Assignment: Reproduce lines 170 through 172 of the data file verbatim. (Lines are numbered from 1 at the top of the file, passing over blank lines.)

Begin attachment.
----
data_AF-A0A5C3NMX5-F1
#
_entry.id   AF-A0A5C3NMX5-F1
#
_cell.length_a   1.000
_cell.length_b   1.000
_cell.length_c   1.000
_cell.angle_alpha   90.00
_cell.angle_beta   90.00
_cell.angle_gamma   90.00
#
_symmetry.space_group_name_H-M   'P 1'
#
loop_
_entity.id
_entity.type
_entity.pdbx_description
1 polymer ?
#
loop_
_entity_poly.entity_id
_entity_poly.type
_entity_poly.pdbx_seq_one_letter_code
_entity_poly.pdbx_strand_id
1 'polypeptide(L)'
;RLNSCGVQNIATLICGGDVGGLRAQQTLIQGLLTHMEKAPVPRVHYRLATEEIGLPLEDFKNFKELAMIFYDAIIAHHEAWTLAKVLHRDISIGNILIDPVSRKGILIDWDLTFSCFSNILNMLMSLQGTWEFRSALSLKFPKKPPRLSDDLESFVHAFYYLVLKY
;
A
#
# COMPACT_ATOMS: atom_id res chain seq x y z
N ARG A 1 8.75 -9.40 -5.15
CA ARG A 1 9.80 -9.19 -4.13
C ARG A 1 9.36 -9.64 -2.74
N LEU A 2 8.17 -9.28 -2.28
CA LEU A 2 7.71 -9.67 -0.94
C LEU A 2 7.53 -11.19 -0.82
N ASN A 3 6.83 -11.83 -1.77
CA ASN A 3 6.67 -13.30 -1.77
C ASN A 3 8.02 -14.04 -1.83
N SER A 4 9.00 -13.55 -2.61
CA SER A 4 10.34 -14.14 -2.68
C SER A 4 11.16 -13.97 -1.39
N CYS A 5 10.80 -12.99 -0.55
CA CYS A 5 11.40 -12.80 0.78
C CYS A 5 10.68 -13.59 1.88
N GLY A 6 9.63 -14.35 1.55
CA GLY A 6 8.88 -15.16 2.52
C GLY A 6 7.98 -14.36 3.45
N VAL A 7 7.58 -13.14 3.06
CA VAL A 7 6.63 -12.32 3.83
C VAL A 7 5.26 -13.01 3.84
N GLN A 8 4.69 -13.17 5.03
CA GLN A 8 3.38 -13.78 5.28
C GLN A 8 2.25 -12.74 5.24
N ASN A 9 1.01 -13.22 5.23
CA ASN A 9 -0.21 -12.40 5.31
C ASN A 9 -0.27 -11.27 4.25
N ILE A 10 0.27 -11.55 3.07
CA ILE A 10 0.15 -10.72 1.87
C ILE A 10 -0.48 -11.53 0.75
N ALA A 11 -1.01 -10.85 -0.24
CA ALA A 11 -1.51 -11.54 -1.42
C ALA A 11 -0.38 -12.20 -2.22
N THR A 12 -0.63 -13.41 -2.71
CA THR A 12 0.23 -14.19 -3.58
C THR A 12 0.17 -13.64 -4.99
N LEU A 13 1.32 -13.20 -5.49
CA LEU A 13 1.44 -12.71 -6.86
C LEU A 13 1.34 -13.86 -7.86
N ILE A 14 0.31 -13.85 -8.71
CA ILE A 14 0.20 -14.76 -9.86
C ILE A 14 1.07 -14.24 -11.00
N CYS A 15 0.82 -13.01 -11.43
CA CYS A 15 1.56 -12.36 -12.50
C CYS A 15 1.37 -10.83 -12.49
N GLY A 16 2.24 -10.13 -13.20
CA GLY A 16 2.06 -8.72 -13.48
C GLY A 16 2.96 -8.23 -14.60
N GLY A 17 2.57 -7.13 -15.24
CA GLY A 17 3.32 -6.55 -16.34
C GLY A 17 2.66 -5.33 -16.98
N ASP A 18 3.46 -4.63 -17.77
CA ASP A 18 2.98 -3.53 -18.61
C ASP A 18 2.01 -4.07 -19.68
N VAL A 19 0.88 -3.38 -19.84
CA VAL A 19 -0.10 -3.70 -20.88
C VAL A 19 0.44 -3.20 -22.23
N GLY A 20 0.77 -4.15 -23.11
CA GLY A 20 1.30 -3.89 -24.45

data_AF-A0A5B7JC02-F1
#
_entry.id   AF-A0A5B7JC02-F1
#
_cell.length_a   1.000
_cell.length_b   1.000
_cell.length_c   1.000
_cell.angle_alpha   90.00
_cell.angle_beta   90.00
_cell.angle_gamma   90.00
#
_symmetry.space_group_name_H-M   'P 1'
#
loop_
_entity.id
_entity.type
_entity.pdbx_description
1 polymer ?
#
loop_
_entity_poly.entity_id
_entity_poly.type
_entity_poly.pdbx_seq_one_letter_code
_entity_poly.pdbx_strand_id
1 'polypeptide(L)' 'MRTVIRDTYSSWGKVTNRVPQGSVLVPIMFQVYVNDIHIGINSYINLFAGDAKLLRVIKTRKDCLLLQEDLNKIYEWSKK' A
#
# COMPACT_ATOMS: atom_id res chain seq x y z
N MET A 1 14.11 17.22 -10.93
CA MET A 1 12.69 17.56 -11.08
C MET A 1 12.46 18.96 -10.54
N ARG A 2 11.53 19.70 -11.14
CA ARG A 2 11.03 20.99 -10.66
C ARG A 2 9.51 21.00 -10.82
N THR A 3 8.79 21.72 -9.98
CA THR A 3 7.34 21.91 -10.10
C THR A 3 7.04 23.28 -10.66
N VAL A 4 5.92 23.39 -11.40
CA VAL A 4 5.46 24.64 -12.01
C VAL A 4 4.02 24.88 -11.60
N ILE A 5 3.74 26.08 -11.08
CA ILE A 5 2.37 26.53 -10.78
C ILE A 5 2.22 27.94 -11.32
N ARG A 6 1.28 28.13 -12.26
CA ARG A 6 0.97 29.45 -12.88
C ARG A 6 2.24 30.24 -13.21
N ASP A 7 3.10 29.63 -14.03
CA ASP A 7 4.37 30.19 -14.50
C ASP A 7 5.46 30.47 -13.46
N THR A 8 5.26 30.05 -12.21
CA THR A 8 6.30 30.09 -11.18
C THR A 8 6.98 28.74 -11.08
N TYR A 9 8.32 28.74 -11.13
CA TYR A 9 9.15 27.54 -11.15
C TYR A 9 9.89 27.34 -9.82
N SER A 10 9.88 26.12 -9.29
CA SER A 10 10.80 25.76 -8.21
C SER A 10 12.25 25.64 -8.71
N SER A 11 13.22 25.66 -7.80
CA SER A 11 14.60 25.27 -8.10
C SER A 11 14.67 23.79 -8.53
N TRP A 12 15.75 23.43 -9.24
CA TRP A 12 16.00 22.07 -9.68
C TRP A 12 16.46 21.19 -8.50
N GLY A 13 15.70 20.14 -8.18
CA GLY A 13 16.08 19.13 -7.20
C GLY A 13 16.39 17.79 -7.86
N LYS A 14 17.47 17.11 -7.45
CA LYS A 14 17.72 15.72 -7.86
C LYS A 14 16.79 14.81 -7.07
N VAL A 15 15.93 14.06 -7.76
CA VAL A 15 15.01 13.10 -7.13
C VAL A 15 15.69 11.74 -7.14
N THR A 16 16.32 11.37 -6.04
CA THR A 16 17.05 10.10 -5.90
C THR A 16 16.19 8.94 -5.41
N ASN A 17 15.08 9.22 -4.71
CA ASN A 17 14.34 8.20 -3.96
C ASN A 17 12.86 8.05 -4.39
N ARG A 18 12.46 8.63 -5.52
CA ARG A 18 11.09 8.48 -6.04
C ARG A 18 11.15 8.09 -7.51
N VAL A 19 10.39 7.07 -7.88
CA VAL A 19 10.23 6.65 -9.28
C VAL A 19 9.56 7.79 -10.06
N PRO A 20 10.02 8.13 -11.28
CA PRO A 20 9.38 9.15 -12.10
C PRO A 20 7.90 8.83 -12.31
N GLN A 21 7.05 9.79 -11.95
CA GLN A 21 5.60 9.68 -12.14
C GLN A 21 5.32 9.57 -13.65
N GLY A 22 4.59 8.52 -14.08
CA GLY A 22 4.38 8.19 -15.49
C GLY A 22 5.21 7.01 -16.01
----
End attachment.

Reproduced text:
C ARG A 18 11.15 8.09 -7.51
N VAL A 19 10.39 7.07 -7.88
CA VAL A 19 10.23 6.65 -9.28